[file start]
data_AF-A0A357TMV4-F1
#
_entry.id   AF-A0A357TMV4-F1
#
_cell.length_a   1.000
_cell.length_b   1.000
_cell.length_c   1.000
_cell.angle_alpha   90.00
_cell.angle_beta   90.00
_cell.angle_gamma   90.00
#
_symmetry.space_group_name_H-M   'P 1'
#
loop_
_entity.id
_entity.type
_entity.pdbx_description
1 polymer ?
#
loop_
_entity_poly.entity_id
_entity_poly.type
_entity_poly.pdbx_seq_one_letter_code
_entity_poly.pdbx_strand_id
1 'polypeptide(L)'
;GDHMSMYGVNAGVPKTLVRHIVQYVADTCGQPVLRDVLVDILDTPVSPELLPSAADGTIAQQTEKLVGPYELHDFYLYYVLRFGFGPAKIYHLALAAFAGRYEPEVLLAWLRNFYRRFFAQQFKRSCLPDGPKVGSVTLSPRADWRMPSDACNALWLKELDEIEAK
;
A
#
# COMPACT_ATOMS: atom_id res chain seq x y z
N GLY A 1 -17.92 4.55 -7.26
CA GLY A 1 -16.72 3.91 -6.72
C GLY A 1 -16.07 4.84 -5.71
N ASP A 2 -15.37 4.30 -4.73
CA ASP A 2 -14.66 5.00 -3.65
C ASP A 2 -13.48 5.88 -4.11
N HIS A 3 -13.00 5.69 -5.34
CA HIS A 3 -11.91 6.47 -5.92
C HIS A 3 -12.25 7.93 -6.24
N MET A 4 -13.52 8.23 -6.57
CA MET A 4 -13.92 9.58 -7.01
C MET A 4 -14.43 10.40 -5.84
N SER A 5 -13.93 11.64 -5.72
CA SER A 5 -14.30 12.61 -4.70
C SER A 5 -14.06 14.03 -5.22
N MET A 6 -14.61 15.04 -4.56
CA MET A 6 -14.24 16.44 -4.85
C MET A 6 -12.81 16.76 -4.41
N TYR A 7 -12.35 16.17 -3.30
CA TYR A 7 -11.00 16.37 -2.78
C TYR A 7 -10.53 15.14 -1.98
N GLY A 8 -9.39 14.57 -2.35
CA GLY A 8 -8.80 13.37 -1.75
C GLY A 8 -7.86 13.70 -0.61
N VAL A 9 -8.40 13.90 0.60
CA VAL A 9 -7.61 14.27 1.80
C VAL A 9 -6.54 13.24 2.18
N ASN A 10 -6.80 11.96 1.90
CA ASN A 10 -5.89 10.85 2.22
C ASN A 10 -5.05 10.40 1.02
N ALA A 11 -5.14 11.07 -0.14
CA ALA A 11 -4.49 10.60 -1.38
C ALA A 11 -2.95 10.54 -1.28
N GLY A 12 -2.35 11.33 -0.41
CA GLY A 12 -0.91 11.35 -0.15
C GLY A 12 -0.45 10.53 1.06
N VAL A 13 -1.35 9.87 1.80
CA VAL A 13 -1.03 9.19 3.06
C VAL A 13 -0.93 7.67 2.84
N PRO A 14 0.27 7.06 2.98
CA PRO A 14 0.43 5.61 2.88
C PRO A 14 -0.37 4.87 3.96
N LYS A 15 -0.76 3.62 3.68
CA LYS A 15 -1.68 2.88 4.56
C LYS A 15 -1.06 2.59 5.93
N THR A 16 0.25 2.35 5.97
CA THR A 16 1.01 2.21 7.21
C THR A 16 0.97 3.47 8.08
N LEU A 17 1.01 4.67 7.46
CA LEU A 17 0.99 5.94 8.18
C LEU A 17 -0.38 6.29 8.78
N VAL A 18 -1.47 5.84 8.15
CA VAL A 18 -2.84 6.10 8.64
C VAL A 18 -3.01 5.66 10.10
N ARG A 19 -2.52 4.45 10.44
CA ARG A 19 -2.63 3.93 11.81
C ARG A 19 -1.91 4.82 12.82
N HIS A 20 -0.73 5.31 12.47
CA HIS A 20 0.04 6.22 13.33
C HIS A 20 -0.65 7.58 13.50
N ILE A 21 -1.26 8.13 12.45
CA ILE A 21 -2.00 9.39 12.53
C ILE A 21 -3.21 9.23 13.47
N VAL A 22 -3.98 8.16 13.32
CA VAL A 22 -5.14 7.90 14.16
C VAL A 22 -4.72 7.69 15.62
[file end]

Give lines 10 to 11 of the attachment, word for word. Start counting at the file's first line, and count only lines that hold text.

_cell.angle_gamma   90.00
#